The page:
The Jungle Notes

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The Jungle Notes & Analysis

The free The Jungle notes include comprehensive information and analysis to help you understand the book. These free notes consist of about 59 pages (17,408 words) and contain the following sections:

These free notes also contain Quotes and Themes & Topics on The Jungle by Upton Sinclair.

The Jungle Plot Summary

Jurgis Rudkus and his family come to America from Lithuania to seek their fortune. They arrive in Chicago's stockyards district, where the gigantic meatpacking plants operate, and find employment performing various tasks in the slaughterhouses. Quickly, the family realizes that their dreams of America and its wealth were painfully far from reality. Instead of being a land of promise, it is a land of interminable toil and poverty. The workers at the meatpacking plants are poorly paid, overworked and subject to unfair labor practices and dangerous working conditions. What's more, the stockyards neighborhood is a pit of poverty and squalor, with rat-infested boarding houses, a smoldering garbage dump on one end of the yards, and a large sewage pit on the other end. Jurgis's family finds that they all must work to survive, including Jurgis's dying father, his pregnant wife, her cousin, her uncle, and her stepmother's children.

All of the family members who work in the slaughterhouses see the unbelievable filth in the factories where the meat is processed and the sickening secrets of meatpacking. Diseased cattle and hogs are processed for consumption, as well as pregnant cows and their fetuses. The sausages are made of a random mixture of animal parts, as well as the dirt, rat carcasses and poison scooped up off the floor. The corruption within the plants runs thick, with bosses demanding "gifts" of money from their workers, and grafting off those in the hierarchy of management.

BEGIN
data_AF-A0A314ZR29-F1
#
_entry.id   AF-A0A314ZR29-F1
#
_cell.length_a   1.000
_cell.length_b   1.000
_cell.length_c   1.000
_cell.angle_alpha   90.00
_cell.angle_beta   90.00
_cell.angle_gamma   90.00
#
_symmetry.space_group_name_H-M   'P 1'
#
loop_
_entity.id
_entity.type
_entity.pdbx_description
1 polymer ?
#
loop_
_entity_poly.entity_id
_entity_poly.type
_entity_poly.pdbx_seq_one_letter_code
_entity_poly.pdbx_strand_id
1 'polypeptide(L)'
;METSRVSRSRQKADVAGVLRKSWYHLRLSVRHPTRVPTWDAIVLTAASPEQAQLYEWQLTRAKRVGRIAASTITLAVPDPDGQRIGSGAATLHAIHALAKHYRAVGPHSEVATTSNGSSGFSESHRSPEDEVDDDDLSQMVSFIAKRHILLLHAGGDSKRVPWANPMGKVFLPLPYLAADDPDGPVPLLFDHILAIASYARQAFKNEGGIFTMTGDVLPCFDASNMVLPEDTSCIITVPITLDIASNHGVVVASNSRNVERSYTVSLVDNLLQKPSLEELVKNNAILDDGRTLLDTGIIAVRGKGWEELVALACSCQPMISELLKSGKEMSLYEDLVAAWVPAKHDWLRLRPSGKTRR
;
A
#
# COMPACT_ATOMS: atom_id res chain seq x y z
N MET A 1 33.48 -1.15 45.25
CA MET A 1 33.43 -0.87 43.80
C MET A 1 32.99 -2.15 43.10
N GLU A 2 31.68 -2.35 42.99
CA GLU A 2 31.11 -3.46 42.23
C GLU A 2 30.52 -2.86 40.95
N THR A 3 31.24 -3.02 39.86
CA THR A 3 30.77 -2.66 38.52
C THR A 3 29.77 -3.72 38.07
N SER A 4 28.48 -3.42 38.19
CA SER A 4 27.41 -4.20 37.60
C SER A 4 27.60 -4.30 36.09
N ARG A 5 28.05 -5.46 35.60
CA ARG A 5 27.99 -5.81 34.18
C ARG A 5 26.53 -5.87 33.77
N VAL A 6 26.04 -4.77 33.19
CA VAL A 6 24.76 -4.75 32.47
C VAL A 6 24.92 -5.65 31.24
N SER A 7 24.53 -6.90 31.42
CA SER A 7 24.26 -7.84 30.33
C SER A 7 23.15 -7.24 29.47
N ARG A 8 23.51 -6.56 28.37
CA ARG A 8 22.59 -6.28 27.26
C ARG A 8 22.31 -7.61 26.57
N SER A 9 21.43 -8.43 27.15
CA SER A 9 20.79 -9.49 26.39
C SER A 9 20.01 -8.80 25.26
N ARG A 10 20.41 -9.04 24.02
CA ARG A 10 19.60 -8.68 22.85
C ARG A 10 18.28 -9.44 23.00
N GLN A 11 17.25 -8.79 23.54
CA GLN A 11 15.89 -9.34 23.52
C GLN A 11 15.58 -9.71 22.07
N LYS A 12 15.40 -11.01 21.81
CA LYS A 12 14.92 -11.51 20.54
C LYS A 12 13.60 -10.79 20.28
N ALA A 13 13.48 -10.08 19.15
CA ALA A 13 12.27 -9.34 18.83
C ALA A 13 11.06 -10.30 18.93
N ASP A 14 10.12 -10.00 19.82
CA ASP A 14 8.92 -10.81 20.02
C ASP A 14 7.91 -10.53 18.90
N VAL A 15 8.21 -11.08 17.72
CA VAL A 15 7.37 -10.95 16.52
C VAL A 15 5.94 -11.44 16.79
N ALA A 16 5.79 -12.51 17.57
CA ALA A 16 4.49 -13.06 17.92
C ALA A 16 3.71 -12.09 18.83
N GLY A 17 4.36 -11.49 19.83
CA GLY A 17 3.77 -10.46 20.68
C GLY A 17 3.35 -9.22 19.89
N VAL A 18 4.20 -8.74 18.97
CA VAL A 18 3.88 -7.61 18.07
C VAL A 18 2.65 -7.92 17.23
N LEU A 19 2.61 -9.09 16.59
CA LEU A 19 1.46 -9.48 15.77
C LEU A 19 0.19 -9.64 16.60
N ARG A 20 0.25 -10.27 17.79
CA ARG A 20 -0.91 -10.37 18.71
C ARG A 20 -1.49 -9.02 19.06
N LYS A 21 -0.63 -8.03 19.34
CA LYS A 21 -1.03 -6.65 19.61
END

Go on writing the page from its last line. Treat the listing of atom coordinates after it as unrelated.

After a series of tragedies, including a stint in jail for Jurgis, the death of his wife Ona and baby son Antanas, Jurgis flees to the countryside, leaving the rest of the family behind. Once he's away from Chicago, he becomes a transient. He returns to Chicago where he finds himself penniless and starving. He begs on the streets, gets into rows in saloons and is in and out of jail. During one of his visits to jail, he meets a con man named Jack Duane who initiates Jurgis into a life of crime. As a criminal, Jurgis learns about the corruption in city politics, in various industries such as steel and horseracing, in the packing-plants and even in the Chicago police force. Everyone, it seems, is crooked. The elections are fixed and Democratic and Republican Party members pay men for votes. Jurgis even helps out a candidate by bribing fellow workers at the meatpacking plant and offering them money for their votes. After another scrape and some more jail time, Jurgis wanders the streets of Chicago, begging and trying not to starve. He stumbles into a Socialist party meeting and is instantly transfixed by the speaker. He is introduced to a party member named Ostrinski who teaches him the tenets of Socialism. Jurgis is transformed by what he learns: finally there is an explanation for his suffering, and even a way to change it! Capitalism, he learns, is the bane of society, constantly keeping the common worker in poverty while enriching the wealthy. Jurgis finds a job at a hotel run by a Socialist and finds himself obsessed with Socialism. He runs into an old friend who tells him Ona's cousin Marija is living in a whorehouse, working as a prostitute. He finds her addicted to morphine and quite sick and cannot convince her to leave. She tells him to find the rest of the family and he does, supporting them with the money he makes at the hotel. The novel ends with a Socialist polemic supporting the movement and promising that the party will become stronger as time passes and, in the end, will "take Chicago."

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